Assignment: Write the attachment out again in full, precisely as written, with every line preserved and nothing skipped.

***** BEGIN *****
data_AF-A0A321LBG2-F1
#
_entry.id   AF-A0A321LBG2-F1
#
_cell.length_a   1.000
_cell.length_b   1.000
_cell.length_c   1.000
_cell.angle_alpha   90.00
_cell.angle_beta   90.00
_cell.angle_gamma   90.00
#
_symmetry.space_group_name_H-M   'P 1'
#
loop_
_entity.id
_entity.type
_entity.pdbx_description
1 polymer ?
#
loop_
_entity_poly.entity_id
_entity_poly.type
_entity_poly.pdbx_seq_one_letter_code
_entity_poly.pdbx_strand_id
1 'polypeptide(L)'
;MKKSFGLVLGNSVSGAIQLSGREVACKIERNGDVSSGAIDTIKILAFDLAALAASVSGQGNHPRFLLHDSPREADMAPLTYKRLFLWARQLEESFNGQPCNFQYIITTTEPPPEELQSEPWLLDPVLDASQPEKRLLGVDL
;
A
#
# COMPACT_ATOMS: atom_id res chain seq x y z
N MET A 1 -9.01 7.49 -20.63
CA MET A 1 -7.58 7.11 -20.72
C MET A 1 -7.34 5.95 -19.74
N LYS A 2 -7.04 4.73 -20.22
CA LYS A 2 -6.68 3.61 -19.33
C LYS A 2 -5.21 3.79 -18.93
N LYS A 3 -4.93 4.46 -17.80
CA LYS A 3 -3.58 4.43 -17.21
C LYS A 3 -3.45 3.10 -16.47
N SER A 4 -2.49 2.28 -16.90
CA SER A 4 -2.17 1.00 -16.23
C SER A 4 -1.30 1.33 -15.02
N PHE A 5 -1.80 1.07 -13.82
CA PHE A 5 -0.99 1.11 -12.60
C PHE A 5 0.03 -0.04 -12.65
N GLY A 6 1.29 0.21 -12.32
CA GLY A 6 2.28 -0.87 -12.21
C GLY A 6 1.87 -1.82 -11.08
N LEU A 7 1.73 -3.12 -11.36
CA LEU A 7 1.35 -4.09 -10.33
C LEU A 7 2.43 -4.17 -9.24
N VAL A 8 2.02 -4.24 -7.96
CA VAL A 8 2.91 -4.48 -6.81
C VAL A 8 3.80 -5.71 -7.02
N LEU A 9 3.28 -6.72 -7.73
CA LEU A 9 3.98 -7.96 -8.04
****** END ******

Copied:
data_AF-A0A321LBG2-F1
#
_entry.id   AF-A0A321LBG2-F1
#
_cell.length_a   1.000
_cell.length_b   1.000
_cell.length_c   1.000
_cell.angle_alpha   90.00
_cell.angle_beta   90.00
_cell.angle_gamma   90.00
#
_symmetry.space_group_name_H-M   'P 1'
#
loop_
_entity.id
_entity.type
_entity.pdbx_description
1 polymer ?
#
loop_
_entity_poly.entity_id
_entity_poly.type
_entity_poly.pdbx_seq_one_letter_code
_entity_poly.pdbx_strand_id
1 'polypeptide(L)'
;MKKSFGLVLGNSVSGAIQLSGREVACKIERNGDVSSGAIDTIKILAFDLAALAASVSGQGNHPRFLLHDSPREADMAPLTYKRLFLWARQLEESFNGQPCNFQYIITTTEPPPEELQSEPWLLDPVLDASQPEKRLLGVDL
;
A
#
# COMPACT_ATOMS: atom_id res chain seq x y z
N MET A 1 -9.01 7.49 -20.63
CA MET A 1 -7.58 7.11 -20.72
C MET A 1 -7.34 5.95 -19.74
N LYS A 2 -7.04 4.73 -20.22
CA LYS A 2 -6.68 3.61 -19.33
C LYS A 2 -5.21 3.79 -18.93
N LYS A 3 -4.93 4.46 -17.80
CA LYS A 3 -3.58 4.43 -17.21
C LYS A 3 -3.45 3.10 -16.47
N SER A 4 -2.49 2.28 -16.90
CA SER A 4 -2.17 1.00 -16.23
C SER A 4 -1.30 1.33 -15.02
N PHE A 5 -1.80 1.07 -13.82
CA PHE A 5 -0.99 1.11 -12.60
C PHE A 5 0.03 -0.04 -12.65
N GLY A 6 1.29 0.21 -12.32
CA GLY A 6 2.28 -0.87 -12.21
C GLY A 6 1.87 -1.82 -11.08
N LEU A 7 1.73 -3.12 -11.36
CA LEU A 7 1.35 -4.09 -10.33
C LEU A 7 2.43 -4.17 -9.24
N VAL A 8 2.02 -4.24 -7.96
CA VAL A 8 2.91 -4.48 -6.81
C VAL A 8 3.80 -5.71 -7.02
N LEU A 9 3.28 -6.72 -7.73
CA LEU A 9 3.98 -7.96 -8.04